The Russian public lobby is getting stronger in Belarus
The Constituent Assembly of the Public Association \"Eurasian Peoples’ Union\" (EPU) took place in Minsk on March 25. A former director of the Information and Analytical Center of the Academy of Public Administration under the aegis of the President of the Republic of Belarus Yury Baranchik was elected Chairman of the organization.
The establishment of the EPU is another attempt to create a social movement in Belarus which would represent an ideological and geopolitical alternative to European-oriented democratic NGOs. The authorities’ most likely response to this action will be a hidden opposition.
According to the charter of a new and not-yet-registered NGO, the main objective of the EPU is to promote the construction of the Eurasian Union of Russia, Belarus and Kazakhstan. This initiative is extremely timely, since it occupies a vacant niche in the Belarusian public and ideological support of Eurasian integration. Democratic NGOs operating in Belarus traditionally only support European integration of Belarus.
Voluntary work in the field of Eurasian integration is a new and urgent direction for Belarus. It has been monopolized by a small circle of government officials from the presidential administration mainly on projects of the Union State of Belarus and Russia. After the launch of the Single Economic Space the area of cooperation expanded rapidly, which the EPU made use of. The EPU has already announced plans to promote the state and public partnership between Belarus, Russia and Kazakhstan.
The EPU’s leadership is not associated with the traditional opposition movement and is known for its moderate criticism of the Belarusian authorities. Obviously, the EPU is planning a further transformation into a political organization, but it is also clear that the Belarusian authorities will have their counteraction, since they have no interest in the appearance of uncontrollable social and political actors, especially in the Eurasian area. The first test of the Belarusian authorities’ intentions will be the Ministry of Justice’s response to a registration request from the EPU.
The rapid increase in wages has led to a decline in the ratio between labour productivity and real wages to one. Previously, the rule was that enterprises, in which the state owned more than 50% of shares in the founding capital, were not allowed increasing salaries if this ratio was equal to or less than one. The authorities are unlikely to be able to meet the wage growth requirement without long-term consequences for the economy. Hence, the government is likely to contain wage growth for the sake of economic growth.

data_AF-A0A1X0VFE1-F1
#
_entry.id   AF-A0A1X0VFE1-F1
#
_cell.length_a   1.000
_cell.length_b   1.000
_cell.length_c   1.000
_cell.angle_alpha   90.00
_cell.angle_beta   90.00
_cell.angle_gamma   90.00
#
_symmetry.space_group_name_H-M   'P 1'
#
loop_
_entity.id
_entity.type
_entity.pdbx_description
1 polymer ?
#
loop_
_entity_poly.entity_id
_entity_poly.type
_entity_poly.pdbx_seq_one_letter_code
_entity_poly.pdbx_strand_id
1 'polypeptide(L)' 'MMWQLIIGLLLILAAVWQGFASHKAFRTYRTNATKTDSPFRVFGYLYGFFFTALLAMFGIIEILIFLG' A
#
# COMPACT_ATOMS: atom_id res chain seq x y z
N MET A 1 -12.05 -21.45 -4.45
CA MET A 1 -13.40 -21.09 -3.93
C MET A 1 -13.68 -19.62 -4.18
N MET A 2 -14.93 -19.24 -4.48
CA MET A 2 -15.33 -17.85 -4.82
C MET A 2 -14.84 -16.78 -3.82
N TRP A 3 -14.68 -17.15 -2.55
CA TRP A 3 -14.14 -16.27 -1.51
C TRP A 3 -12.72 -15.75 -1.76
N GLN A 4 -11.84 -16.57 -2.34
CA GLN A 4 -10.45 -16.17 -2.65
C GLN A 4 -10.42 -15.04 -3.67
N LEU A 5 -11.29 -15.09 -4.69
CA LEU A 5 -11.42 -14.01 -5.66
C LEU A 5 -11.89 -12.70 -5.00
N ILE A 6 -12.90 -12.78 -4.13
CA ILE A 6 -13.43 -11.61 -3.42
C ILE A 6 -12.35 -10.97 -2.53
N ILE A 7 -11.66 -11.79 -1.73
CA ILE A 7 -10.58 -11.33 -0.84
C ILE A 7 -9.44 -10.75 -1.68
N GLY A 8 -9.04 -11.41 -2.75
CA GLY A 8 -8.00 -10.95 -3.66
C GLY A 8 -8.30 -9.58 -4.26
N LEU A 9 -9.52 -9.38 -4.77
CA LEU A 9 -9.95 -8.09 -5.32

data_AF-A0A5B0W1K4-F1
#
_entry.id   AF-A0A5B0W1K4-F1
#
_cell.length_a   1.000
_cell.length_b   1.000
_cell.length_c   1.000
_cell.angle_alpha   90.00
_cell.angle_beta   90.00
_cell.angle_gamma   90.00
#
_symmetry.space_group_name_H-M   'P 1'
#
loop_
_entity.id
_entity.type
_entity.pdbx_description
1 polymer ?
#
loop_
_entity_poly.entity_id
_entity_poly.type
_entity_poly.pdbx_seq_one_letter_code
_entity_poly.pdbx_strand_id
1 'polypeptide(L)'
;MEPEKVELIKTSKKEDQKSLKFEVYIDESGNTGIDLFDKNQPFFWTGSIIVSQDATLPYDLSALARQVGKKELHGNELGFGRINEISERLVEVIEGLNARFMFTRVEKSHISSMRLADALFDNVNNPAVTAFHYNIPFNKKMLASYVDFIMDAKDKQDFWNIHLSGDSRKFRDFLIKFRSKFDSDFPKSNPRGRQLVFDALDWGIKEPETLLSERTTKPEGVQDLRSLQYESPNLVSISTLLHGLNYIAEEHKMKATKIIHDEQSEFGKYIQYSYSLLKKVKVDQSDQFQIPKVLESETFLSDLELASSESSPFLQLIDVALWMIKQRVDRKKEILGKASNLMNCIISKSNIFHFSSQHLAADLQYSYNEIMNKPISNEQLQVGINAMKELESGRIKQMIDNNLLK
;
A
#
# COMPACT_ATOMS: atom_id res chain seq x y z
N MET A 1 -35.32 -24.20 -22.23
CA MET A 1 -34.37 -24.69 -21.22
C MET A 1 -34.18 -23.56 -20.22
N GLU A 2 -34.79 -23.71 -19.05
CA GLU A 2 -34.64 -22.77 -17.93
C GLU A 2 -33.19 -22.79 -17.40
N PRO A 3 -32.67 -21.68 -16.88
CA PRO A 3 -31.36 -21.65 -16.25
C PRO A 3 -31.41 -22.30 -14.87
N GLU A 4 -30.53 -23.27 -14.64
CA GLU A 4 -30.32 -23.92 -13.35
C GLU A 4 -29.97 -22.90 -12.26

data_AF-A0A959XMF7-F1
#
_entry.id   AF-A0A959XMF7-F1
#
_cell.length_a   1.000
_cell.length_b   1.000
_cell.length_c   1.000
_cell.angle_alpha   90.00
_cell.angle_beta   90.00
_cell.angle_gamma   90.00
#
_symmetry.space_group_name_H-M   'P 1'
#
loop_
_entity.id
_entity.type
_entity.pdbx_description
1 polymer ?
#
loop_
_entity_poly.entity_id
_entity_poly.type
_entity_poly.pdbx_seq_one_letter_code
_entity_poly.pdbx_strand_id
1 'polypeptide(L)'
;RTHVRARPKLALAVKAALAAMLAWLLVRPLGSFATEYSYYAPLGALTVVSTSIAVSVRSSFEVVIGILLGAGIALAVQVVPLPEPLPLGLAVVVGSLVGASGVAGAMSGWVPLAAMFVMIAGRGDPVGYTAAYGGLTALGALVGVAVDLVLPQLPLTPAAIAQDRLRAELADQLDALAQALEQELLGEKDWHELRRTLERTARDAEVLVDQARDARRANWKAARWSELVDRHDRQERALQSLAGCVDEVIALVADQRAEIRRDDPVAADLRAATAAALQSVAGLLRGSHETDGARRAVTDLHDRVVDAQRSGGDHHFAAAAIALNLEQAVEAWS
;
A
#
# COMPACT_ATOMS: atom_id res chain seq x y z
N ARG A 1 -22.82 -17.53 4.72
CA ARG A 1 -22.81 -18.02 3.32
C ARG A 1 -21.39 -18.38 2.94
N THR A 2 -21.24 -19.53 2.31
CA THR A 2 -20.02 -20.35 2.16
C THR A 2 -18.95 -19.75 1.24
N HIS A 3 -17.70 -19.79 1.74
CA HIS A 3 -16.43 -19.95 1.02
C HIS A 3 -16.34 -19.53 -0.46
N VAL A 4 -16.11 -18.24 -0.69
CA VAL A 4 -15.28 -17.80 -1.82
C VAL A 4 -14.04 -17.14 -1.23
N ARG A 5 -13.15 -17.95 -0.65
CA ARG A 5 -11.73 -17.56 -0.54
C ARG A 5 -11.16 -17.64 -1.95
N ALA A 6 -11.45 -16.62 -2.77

According to Belstat, In January – August 2017, GDP growth was 1.6%. The economic revival has led to an increase in wages. In August, the average monthly wage was BYN 844.4 or USD 435, i.e. grew by 6.6% since early 2017, adjusted for inflation. This has reduced the ratio between labour productivity and real wages from 1.03 in January 2017 to 1 in the first seven months of 2017. This parameter should not be less than 1, otherwise, the economy starts accumulating imbalances.
The need for faster growth in labour productivity over wage growth was stated in Decree No 744 of July 31st, 2014. The decree enabled wages growth at state organizations and organizations with more than 50% of state-owned shares only if the ratio between growth in labour productivity and wages was higher than 1. Taking into account the state's share in the economy, this rule has had impact on most of the country's key enterprises. In 2013 -2014 wages grew rapidly, which resulted in devaluation in 2014-2015.
Faster wage growth as compared with growth in labour productivity carries a number of risks. Enterprises increase cost of wages, which subsequently leads to a decrease in the competitiveness of products on the domestic and foreign markets. In construction, wholesale, retail trade, and some other industries the growth rate of prime cost in 2017 outpaces the dynamics of revenue growth. This is likely to lead to a decrease in profits and a decrease in investments for further development. Amid wage growth, the population is likely to increase import consumption and reduce currency sales, which would reduce the National Bank's ability to repay foreign and domestic liabilities.
The Belarusian government is facing a dilemma – either to comply with the president’s requirement of a BYN 1000 monthly wage, which could lead to new economic imbalances and could further affect the national currency value, or to suspend the wage growth in order to retain the achieved economic results. That said, the first option bears a greater number of negative consequences for the nomenclature.
Overall, the rapid growth in wages no longer corresponds the pace of economic development. The government is likely to retain the economic growth and retrain further growth in wages. Staff reshuffles are unlikely to follow the failure to meet the wage growth requirement.